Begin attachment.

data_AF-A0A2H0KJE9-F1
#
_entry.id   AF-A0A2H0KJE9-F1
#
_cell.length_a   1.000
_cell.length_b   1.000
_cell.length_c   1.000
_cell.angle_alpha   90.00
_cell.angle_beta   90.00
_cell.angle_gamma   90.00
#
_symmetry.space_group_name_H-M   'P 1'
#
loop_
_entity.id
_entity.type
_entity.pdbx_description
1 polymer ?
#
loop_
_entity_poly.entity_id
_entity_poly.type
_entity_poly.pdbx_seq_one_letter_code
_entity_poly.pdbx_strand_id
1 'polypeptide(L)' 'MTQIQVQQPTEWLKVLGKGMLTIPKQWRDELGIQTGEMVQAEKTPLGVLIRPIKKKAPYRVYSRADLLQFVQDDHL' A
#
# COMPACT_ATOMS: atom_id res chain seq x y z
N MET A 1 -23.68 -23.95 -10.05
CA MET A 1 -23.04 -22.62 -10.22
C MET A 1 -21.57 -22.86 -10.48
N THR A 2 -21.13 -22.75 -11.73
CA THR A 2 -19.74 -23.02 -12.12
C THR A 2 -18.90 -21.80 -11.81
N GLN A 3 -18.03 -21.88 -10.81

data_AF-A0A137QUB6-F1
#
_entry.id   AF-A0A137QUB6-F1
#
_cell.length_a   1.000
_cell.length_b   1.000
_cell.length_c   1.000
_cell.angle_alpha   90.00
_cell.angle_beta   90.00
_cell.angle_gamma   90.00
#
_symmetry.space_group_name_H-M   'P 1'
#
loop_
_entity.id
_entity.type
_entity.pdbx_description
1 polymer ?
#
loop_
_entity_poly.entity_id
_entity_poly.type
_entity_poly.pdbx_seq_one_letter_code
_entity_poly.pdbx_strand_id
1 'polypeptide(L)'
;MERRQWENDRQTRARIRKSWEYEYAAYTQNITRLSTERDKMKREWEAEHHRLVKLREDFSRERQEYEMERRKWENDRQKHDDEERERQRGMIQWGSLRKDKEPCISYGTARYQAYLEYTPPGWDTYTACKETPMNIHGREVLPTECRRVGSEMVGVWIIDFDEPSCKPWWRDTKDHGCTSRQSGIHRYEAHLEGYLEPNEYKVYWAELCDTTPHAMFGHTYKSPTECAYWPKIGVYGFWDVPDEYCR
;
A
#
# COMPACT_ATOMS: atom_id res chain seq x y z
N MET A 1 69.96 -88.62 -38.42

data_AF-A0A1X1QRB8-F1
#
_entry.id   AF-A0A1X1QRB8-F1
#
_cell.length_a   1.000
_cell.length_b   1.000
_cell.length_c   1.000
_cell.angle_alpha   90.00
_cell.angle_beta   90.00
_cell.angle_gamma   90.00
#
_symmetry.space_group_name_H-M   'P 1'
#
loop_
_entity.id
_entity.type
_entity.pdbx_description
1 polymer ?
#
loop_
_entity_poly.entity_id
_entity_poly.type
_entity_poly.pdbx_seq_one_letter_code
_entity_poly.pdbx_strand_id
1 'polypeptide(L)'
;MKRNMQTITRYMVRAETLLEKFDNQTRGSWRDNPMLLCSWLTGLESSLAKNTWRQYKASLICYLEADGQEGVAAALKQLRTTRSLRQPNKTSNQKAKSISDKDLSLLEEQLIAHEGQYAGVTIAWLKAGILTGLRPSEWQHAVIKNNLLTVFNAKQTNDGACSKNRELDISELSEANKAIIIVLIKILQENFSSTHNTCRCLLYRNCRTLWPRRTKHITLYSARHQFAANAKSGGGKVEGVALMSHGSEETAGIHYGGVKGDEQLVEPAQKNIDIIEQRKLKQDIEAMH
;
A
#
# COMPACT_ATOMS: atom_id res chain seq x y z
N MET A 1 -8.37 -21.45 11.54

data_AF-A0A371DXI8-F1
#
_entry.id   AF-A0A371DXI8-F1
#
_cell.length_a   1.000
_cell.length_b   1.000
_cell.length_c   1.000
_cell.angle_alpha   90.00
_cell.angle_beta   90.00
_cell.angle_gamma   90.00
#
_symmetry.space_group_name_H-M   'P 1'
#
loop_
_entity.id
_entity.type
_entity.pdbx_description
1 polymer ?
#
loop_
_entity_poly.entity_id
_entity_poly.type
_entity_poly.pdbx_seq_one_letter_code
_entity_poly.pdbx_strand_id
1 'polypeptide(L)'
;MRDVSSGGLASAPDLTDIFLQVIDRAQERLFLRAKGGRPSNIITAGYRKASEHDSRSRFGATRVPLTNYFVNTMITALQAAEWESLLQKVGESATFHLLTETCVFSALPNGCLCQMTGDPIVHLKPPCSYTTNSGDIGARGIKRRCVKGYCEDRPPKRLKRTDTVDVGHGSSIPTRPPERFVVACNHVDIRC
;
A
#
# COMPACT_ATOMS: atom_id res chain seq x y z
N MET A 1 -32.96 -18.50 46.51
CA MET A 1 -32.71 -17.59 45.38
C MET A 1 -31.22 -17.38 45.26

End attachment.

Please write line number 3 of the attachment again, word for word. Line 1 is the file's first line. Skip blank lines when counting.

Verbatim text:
_entry.id   AF-A0A2H0KJE9-F1